The Observer’s classical music critic looks back on a good year for Mahler, opera at the movies and legends of the past on YouTube.
Chopin, Schumann and Mahler were the headline trio of 2010. Only one was elevated from mere anniversary composer to full-blown trend. You couldn’t move for Mahler symphony cycles. Man on bus with cowbells and hammer? Mahler’s sixth again. Urgently seeking a spare tenor horn? That’ll be the seventh. The BBC Proms season, in a box-office record-breaking year, launched with the “Symphony of a Thousand”; Manchester’s BBC Philharmonic and Hallé orchestras united in fine harmony for their Mahler series; the City of Birmingham Symphony Orchestra, the LPO, LSO and Royal Liverpool Philharmonic, not forgetting amateur orchestras up and down the country, all joined in.
But it’s not over: 2010 was the birthday year, 2011 marks the century since Mahler’s death so the junket continues. He even featured in a culture select committee when an MP drily suggested that he “shouldn’t have written works that require so many musicians”. In the icy climate of funding cuts, not everyone saw the joke. Why Mahler? asked Norman Lebrecht in his severally-reprinted book (Faber), which sparked lively fury and debate – rare for a book on music.
New composers emerged, but it wasn’t a vintage year for contemporary music, unless I missed the best. A month abroad meant I couldn’t catch Alexander Raskatov’s A Dog’s Heart at ENO, celebrated above all for Simon McBurney and Complicite’s dazzlingly inventive production. Nominate yours. The Prince Consort’s premiere of Stephen Hough’s Herbstlieder was intimate and memorable. Brett Dean’s opera Bliss had an exciting UK premiere in Edinburgh. Groups such as BCMG, Aurora, London Sinfonietta and Britten Sinfonia continued with bold programming. The MP3 habit of “shuffle” or “alphabetical” listening has increased the trend for scrambling genres, as Jan Garbarek and the Hilliards – back in 2010 after a long gap with a new CD, Officium Novum – first did years ago. The Sixteen’s Monteverdi and jazz at June’s Spitalfields festival was among stylish examples.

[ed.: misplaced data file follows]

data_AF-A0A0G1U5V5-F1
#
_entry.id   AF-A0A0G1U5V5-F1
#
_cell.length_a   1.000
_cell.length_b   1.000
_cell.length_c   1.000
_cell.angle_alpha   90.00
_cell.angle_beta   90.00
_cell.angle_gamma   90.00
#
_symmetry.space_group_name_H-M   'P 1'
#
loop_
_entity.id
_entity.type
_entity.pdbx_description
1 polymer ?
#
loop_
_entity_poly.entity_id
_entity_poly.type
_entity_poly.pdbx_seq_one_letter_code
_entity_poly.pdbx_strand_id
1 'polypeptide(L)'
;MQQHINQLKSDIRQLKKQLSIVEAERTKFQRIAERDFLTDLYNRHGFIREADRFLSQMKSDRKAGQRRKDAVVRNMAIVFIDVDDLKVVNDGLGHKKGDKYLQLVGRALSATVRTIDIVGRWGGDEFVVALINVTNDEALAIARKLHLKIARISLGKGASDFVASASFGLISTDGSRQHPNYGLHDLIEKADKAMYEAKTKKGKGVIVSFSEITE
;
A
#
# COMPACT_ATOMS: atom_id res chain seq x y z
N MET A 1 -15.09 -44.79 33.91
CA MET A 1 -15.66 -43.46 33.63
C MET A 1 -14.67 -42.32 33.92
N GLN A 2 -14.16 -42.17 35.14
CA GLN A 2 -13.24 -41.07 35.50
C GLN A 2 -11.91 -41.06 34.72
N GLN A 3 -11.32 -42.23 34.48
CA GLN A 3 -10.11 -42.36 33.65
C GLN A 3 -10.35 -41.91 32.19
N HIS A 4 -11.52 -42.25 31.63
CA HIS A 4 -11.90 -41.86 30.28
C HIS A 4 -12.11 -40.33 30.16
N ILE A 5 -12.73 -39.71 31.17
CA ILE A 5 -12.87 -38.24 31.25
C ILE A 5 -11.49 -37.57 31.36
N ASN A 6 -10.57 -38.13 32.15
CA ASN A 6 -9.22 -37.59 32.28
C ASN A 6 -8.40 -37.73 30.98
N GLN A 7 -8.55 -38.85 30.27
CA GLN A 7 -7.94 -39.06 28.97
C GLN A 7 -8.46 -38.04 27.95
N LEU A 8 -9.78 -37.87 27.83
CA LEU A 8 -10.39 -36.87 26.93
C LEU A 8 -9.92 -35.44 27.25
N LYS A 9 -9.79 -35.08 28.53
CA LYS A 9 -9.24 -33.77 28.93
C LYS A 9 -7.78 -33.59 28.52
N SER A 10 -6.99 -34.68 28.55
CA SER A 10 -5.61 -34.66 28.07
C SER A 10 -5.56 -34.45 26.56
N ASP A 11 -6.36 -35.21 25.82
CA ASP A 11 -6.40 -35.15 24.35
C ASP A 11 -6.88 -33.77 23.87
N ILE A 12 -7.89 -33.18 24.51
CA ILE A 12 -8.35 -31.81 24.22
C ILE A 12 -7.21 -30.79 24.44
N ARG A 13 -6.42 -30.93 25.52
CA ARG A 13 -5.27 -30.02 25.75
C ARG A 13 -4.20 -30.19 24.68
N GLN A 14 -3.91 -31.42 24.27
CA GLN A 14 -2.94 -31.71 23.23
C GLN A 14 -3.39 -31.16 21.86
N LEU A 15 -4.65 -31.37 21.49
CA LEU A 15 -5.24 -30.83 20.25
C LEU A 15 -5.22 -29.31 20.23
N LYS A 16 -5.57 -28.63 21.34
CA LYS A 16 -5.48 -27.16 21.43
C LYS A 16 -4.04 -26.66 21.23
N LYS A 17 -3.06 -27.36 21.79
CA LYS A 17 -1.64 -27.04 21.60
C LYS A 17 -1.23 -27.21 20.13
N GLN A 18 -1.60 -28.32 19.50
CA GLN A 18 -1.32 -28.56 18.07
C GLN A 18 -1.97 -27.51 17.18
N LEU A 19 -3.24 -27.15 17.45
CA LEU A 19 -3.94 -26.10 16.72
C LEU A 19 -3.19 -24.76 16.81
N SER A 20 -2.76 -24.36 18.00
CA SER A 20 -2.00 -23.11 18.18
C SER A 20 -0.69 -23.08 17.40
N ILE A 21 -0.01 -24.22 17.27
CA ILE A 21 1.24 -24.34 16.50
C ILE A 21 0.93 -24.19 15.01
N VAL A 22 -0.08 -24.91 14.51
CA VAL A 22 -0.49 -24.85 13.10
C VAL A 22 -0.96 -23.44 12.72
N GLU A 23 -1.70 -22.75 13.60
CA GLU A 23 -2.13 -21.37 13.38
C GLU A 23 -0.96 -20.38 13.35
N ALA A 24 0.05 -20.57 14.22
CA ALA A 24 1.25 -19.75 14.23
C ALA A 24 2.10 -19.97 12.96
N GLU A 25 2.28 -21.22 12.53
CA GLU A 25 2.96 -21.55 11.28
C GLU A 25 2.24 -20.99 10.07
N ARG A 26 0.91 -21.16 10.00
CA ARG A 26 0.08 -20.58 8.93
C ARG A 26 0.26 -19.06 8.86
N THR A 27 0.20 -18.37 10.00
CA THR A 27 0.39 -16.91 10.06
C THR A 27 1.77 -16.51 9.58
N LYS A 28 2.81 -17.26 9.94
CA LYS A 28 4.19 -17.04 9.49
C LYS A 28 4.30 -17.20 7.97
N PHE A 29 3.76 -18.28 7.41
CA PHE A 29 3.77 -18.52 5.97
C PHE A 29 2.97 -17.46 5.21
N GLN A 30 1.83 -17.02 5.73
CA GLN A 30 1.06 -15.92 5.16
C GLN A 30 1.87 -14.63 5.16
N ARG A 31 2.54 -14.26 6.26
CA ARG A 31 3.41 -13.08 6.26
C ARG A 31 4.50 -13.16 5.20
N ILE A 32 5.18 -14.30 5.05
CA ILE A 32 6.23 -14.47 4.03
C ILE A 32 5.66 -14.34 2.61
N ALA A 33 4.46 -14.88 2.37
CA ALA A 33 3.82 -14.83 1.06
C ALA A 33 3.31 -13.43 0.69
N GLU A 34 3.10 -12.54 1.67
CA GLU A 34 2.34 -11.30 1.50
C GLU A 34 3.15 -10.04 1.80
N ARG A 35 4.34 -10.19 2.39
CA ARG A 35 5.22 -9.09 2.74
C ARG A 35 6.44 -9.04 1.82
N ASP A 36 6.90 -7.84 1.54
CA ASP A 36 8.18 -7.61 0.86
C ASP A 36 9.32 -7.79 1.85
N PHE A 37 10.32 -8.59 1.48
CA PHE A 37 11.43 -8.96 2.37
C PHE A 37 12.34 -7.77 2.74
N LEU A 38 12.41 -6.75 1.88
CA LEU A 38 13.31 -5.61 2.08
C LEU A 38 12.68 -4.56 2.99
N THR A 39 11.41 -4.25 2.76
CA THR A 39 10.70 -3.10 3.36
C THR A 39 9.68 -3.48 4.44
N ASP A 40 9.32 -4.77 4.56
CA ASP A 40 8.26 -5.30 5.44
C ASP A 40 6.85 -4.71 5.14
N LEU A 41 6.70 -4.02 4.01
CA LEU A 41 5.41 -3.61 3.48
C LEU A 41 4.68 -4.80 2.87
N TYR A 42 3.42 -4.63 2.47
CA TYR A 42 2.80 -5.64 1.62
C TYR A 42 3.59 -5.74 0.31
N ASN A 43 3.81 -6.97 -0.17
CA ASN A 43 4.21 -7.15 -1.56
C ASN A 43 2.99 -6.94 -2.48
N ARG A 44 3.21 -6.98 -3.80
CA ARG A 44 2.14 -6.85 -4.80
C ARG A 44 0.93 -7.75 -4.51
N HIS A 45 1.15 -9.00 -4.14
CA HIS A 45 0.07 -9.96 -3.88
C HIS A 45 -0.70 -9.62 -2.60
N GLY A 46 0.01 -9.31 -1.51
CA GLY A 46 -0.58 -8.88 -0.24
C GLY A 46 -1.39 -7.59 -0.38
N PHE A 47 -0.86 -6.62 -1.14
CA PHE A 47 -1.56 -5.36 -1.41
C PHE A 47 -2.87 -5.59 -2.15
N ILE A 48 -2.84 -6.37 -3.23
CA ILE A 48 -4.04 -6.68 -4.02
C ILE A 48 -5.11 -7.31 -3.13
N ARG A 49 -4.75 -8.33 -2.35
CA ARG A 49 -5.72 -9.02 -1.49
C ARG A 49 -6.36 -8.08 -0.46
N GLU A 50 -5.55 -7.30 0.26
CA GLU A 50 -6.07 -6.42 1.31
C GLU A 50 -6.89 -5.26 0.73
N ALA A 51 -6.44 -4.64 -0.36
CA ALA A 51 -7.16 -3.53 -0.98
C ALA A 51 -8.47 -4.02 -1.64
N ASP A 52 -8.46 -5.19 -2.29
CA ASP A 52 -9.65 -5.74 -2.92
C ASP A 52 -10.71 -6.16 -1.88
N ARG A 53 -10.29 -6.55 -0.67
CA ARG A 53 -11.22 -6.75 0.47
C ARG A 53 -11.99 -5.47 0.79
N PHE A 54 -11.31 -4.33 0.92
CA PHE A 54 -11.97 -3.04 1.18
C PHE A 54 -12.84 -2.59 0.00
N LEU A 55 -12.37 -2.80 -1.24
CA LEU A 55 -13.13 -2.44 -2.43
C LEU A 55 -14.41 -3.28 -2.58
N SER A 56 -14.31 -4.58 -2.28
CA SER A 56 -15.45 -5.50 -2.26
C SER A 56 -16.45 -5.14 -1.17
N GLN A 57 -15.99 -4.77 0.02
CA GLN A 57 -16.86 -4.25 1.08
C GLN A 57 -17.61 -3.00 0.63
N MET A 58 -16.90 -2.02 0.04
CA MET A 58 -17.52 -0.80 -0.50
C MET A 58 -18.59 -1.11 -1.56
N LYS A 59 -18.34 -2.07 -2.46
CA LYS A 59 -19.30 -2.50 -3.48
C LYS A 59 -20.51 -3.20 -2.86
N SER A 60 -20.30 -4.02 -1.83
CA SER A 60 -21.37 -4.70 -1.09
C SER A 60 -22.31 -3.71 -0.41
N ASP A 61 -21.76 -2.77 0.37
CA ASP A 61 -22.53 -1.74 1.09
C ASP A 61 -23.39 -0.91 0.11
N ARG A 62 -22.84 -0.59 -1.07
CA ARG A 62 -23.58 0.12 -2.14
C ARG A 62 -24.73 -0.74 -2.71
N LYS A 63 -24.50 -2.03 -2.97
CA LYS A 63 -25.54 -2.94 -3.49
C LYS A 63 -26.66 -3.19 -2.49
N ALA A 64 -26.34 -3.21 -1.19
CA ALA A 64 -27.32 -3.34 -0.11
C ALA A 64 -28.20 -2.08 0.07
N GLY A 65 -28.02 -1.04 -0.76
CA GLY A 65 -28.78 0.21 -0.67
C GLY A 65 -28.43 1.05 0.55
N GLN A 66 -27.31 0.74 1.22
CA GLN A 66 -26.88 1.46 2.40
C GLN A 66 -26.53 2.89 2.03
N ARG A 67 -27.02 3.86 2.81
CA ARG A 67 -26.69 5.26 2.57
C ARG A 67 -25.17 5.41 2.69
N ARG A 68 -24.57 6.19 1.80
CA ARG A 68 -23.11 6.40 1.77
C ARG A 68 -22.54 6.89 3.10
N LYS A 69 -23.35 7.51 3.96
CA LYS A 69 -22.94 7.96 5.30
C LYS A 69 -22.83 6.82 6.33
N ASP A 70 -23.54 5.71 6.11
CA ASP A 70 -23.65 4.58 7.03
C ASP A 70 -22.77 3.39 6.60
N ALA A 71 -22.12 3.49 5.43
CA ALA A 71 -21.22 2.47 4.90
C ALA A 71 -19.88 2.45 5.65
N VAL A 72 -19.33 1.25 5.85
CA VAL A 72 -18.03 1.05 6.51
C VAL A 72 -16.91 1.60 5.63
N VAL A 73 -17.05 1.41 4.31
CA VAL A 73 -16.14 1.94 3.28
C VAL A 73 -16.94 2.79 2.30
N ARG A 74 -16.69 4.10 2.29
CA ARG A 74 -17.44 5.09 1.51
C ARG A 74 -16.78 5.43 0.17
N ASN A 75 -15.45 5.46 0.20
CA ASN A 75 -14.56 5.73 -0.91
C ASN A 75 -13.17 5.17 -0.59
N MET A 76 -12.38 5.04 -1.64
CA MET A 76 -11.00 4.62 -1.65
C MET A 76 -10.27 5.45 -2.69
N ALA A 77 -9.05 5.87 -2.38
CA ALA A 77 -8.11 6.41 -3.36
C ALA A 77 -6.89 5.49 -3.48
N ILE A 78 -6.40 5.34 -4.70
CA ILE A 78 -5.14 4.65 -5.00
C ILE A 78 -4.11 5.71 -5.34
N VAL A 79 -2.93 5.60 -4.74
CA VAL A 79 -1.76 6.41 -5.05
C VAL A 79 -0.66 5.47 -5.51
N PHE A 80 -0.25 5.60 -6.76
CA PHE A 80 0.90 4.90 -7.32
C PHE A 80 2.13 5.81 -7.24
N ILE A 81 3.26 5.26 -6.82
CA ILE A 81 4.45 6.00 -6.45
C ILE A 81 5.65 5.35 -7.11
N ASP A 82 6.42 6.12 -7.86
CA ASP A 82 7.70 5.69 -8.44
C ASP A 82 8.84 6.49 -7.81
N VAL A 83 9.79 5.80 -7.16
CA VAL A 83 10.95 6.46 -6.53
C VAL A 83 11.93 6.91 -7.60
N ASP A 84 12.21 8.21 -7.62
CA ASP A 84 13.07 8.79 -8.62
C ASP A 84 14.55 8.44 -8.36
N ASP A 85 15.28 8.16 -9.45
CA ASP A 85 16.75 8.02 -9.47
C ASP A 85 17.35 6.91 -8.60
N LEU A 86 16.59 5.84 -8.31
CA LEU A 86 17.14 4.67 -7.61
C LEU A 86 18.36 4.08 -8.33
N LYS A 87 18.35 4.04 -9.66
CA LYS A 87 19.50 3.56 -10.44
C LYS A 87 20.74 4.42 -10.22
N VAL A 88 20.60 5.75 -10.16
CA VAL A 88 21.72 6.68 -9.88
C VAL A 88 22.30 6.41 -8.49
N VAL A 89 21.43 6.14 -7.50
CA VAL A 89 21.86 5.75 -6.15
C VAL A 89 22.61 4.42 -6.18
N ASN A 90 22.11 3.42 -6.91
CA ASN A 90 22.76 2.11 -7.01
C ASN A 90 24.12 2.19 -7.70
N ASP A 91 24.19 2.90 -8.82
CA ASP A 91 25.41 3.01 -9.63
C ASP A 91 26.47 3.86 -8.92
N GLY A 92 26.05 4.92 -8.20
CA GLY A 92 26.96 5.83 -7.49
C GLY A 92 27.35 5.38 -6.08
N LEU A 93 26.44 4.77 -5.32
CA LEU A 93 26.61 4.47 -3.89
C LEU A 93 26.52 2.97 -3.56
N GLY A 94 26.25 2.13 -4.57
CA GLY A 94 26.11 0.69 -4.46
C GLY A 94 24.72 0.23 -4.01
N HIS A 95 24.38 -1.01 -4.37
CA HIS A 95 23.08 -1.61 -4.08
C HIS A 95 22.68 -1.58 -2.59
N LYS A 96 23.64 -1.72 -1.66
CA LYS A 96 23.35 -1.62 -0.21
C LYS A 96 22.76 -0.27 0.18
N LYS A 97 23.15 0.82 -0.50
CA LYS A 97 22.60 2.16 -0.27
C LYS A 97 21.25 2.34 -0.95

The Metropolitan Opera New York’s Live in HD and the Berlin Philharmonic’s Digital Concert Hall led the way in bringing top opera and concerts to all. The dazzling resources of YouTube have invigorated classical music habits. Above all it’s a haven for reuniting with legends of the past. One click and you can hear Heifetz tuning up to play Bach’s Chaconne. And we can instantly – virtually – restore those great musicians who died in 2010, a list headed by Dame Joan Sutherland, Sir Charles Mackerras and LSO trumpeter Maurice Murphy. An elegiac filmed version of Henryk Górecki’s Symphony No 3, “Sorrowful Songs”, becomes the composer’s own requiem. Find a quiet corner at Christmas and watch the late Philip Langridge in his final role as the drag-Witch in Hänsel und Gretel last year: so witty that despite the anguish you’ll have to laugh. Then head for your soundproofed listening room, sharpen your ears and join the great antidote-to-X-Factor campaign, Cage Against the Machine. Turn on your new recording of John Cage’s 4’33” – will it be Number 1? – to full blast. The rest is silence.
Takács Quartet Beethoven cycle
St Matthew Passion, CBSO/Rattle
Symphony Hall, Birmingham
Die Meistersinger von Nürnberg, WNO
Wales Millennium Centre, Cardiff
Total Immersion: Henze & Rihm
Sibelius series, LPO/Vänskä
Royal Festival Hall, London
Elegy for Young Lovers/ENO
Young Vic, London
Mahler in Manchester season: Hallé & BBC Philharmonic
Bridgewater Hall, Manchester
PLASTER OF PARIS AWARD
Joyce DiDonato’s break-a-leg Barber of Seville at the Royal Opera House, now immortalised on DVD
Pearl Fishers & Idomeneo/ENO (but the lighting was fabulous in both)
Fiona Maddocks | December 12, 2010